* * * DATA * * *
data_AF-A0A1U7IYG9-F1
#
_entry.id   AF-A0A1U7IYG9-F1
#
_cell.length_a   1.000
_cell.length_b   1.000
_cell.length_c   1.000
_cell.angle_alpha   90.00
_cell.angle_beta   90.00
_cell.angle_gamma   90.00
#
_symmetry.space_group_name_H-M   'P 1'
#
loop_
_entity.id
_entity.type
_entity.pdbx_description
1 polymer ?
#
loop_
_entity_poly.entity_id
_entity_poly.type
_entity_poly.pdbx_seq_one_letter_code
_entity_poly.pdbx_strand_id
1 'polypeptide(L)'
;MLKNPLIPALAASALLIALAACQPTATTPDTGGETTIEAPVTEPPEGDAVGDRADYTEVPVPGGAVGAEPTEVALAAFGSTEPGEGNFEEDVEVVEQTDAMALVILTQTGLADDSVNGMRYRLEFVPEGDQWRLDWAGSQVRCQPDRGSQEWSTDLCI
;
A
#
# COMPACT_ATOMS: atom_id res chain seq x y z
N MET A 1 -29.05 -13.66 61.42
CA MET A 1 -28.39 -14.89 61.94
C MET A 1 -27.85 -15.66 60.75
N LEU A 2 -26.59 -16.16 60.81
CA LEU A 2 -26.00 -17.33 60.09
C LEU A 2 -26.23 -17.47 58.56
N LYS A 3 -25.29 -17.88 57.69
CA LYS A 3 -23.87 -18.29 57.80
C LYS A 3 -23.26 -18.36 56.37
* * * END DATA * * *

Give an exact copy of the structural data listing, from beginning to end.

data_AF-A0A1U7IYG9-F1
#
_entry.id   AF-A0A1U7IYG9-F1
#
_cell.length_a   1.000
_cell.length_b   1.000
_cell.length_c   1.000
_cell.angle_alpha   90.00
_cell.angle_beta   90.00
_cell.angle_gamma   90.00
#
_symmetry.space_group_name_H-M   'P 1'
#
loop_
_entity.id
_entity.type
_entity.pdbx_description
1 polymer ?
#
loop_
_entity_poly.entity_id
_entity_poly.type
_entity_poly.pdbx_seq_one_letter_code
_entity_poly.pdbx_strand_id
1 'polypeptide(L)'
;MLKNPLIPALAASALLIALAACQPTATTPDTGGETTIEAPVTEPPEGDAVGDRADYTEVPVPGGAVGAEPTEVALAAFGSTEPGEGNFEEDVEVVEQTDAMALVILTQTGLADDSVNGMRYRLEFVPEGDQWRLDWAGSQVRCQPDRGSQEWSTDLCI
;
A
#
# COMPACT_ATOMS: atom_id res chain seq x y z
N MET A 1 -29.05 -13.66 61.42
CA MET A 1 -28.39 -14.89 61.94
C MET A 1 -27.85 -15.66 60.75
N LEU A 2 -26.59 -16.16 60.81
CA LEU A 2 -26.00 -17.33 60.09
C LEU A 2 -26.23 -17.47 58.56
N LYS A 3 -25.29 -17.88 57.69
CA LYS A 3 -23.87 -18.29 57.80
C LYS A 3 -23.26 -18.36 56.37